MB limited slip diffs from the eighties are clutch type - just like GM's classic positration, which was first offered in 1957. The clutches have preload, but with use they wear, which reduces the preload and it eventually behaves just like an open differential. Most manufacturers publish a minimum preload torque, which can be used to determine the health of the unit. A subset of the clutch type is the "cone type" used for light duty applications. Instead of a clutch pack, the differential side gears are tapered and bear against a similar taper inside the differential case.
Clutch and cone type limited slips need a "friction modifier" to prevent "clutch or cone chatter", which is a form of stick-slip friction that can make the diff noisy or jerky on tight turns. Most of the OEs sell a limited slip additive (basically all the same), and it should be added to straight 80W-90 GL5 gear oil in the proper concentration.
Replacing the limited slip clutch pack is probably a pretty pricey operation and may not be worth it on an older car. If the clutch pack is worn the differential will continue to function as a normal open diff with no ill affect other than loss of the limited slip function.
Since clutch wear particles get into the oil I recommend diff lube changes every 30-60K miles for clutch and cone type limited slip diffs, however, on a open diff, after Mercedes' recommended break-in change (not sure if they recommend this now, but they did in the eighties), it's not necessary to change the oil on an open diff.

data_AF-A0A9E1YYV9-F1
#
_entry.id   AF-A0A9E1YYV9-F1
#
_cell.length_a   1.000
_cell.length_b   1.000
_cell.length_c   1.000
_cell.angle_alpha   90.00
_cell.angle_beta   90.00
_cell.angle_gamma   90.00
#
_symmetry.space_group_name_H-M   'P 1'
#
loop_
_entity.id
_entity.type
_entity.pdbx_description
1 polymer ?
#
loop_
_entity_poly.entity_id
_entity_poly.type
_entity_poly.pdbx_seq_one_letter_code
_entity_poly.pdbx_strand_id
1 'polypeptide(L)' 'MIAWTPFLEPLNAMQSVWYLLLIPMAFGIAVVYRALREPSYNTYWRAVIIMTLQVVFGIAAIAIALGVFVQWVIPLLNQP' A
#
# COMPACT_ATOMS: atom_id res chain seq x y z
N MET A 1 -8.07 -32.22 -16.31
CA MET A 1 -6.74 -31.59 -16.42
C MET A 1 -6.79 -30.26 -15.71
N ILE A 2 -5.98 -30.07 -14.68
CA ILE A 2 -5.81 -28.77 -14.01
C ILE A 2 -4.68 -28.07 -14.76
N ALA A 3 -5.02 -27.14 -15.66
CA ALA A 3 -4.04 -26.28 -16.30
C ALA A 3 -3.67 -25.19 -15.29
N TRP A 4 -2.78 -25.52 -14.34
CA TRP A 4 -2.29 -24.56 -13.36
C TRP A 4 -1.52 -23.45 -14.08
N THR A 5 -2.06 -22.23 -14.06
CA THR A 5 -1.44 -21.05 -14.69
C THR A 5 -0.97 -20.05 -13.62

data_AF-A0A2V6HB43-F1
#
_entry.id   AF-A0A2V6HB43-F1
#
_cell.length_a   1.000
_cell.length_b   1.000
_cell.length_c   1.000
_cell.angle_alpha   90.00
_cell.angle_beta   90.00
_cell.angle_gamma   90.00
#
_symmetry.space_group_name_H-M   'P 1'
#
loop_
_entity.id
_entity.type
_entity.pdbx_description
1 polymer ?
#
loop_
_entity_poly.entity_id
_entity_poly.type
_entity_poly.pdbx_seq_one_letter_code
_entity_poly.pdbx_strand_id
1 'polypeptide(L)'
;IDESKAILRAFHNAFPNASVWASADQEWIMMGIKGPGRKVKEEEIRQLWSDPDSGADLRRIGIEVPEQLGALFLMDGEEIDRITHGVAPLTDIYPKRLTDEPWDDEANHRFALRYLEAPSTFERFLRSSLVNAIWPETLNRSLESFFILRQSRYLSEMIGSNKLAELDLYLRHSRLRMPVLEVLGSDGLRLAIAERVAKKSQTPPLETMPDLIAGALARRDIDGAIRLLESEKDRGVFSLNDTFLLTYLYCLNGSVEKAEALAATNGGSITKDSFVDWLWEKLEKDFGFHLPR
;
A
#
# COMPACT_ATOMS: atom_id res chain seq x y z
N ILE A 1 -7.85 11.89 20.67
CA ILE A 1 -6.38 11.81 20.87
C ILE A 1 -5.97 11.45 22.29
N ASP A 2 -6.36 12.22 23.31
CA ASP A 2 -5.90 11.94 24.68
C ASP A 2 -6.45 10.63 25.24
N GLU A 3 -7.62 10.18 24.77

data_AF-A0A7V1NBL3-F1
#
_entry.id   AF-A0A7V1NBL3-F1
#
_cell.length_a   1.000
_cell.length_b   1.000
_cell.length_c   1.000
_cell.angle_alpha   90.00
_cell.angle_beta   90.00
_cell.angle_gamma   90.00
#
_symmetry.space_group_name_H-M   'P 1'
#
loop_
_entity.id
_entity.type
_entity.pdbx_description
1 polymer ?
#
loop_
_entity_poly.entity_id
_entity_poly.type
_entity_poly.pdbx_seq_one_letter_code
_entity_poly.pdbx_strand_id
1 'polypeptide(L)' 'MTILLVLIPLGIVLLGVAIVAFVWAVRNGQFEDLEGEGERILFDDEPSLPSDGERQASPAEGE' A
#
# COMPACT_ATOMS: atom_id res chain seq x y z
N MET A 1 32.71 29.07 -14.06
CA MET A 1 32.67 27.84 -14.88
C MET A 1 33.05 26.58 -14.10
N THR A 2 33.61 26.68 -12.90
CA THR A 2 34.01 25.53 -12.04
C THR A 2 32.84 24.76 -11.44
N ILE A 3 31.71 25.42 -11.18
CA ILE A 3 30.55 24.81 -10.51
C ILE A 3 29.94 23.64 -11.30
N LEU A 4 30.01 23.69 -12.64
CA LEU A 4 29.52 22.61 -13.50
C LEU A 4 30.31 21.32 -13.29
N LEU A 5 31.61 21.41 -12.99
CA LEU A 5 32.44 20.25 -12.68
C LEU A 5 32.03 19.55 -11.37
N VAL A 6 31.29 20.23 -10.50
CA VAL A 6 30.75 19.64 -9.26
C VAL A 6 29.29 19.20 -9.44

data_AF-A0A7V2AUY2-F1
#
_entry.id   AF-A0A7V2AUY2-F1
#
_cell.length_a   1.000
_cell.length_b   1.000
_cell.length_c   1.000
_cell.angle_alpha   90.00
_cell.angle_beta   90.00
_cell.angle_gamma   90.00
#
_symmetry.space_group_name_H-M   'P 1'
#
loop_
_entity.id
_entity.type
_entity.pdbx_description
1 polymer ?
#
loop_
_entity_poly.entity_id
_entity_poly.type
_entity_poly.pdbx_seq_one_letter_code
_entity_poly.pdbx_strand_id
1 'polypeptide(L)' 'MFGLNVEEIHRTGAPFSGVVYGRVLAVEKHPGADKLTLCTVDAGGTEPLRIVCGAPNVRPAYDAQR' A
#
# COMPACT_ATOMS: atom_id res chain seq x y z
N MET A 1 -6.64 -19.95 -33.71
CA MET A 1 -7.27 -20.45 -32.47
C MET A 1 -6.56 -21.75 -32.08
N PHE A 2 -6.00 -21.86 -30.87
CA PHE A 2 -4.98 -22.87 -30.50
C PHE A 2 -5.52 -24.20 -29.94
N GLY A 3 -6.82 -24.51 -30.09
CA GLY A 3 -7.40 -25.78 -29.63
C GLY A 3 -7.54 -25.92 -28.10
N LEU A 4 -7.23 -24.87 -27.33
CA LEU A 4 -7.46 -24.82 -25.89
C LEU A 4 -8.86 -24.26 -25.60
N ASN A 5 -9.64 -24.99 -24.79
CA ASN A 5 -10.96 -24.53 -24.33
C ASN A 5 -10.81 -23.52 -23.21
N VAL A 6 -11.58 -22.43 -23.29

Normally, with about equal traction on a slippery surface, both wheels will turn at equal speed, however if one wheel has traction and one doesn't sufficient input torque can overcome the preload and allow one wheel spin by overcoming the clutch clamping force, and this can also quickly burn up the clutches. Clutch type limited slips are "torque sensative" in that they respond to axle differential torque. They are usually defined by "percent limited slip", and a "30 percent limited slip" would "lock up" at a differential torque of 30 percent. Differential torque creates an end thrust on the differential side gears, which adds to the preload to create more clamping force to "lock-up" the diff. Street cars are usually set up with about 30 percent limited slip. Higher values can make them cranky when going around corners - chatter and jerking.
Torsen limited slip diffs use gears and are based on the principle that a worm can drive a worm gear, but a worm gear cant drive a worm, and they respond to differential torque. One advantage they have is no internal wear items and no need for a lubricant additive.
Another type of limited slip is the "viscous type". This type has a silicone fluid sealed up in the differential case whose viscosity varies with the rate that it is sheared. This type is sensative to differential axle speed, not torque, and, like the Torsen, there are no special maintenance requirements.
BTW, I have never understood why the German OEMs charge so much for limited slips diffs. On both my '63 Corvette (clutch type) and '76 Cosworth Vega (cone type) the option cost was between 40 and 45 dollars. I don't recall Mercedes even offering the option on US models from the eighties (my 190E 2.6 could sure use one), but it was standard on the 560 and 16V. BMW offered optional limited slips on some models in that era, and the cost was about 500 bucks!
Last edited by Duke2.6; 11-20-2003 at 01:51 PM.